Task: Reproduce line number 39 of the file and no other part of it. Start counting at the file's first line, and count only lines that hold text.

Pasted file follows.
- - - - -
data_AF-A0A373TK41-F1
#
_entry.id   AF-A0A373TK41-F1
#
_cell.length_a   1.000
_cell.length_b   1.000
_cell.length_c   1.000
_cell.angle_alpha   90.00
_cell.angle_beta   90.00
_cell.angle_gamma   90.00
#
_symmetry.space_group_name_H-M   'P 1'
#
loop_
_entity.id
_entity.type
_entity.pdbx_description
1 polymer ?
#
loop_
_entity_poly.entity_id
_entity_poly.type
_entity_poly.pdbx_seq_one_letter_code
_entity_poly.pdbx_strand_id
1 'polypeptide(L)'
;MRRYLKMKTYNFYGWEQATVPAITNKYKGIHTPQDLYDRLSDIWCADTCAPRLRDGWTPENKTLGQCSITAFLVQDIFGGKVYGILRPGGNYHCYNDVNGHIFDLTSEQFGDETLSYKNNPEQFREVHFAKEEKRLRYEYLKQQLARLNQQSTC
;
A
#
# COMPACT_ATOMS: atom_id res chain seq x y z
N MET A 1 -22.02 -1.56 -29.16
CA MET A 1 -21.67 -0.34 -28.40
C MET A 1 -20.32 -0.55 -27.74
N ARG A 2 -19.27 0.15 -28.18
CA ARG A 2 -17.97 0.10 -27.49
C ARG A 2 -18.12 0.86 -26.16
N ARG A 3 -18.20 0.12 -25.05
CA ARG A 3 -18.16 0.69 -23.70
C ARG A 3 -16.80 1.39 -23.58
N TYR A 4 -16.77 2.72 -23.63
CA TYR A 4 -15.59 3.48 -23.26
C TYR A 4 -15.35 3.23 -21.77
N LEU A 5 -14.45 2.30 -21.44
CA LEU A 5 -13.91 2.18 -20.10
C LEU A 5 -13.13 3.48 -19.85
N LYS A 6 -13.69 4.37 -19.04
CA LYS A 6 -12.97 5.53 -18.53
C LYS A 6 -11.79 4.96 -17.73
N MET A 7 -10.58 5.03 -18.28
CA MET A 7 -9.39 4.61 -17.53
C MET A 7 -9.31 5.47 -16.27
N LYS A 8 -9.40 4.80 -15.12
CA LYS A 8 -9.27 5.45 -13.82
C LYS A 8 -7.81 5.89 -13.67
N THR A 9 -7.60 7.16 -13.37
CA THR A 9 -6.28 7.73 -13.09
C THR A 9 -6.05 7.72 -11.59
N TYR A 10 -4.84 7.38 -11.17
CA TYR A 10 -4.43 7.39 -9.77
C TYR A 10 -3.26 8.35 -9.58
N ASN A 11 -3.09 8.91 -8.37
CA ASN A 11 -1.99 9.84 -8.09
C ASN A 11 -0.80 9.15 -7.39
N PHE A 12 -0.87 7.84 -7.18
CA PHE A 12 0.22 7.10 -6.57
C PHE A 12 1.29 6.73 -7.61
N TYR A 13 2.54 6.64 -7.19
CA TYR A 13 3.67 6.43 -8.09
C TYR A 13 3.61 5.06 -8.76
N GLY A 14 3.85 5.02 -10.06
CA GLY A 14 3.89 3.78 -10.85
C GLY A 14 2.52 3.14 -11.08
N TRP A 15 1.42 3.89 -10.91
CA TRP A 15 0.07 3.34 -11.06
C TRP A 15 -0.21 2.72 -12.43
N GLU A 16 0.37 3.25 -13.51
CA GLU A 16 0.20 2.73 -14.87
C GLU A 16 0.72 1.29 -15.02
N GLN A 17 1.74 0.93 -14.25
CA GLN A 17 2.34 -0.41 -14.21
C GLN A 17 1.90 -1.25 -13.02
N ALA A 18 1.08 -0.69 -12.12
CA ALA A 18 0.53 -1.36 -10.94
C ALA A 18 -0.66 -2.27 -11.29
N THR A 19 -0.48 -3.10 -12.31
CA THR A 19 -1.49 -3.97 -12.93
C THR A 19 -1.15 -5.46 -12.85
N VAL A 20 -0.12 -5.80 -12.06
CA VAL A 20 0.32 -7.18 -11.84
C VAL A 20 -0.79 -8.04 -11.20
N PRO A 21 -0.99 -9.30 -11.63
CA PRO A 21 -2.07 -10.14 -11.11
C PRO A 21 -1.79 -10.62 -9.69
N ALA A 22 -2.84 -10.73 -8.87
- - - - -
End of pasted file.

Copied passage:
C ARG A 3 -16.80 1.39 -23.58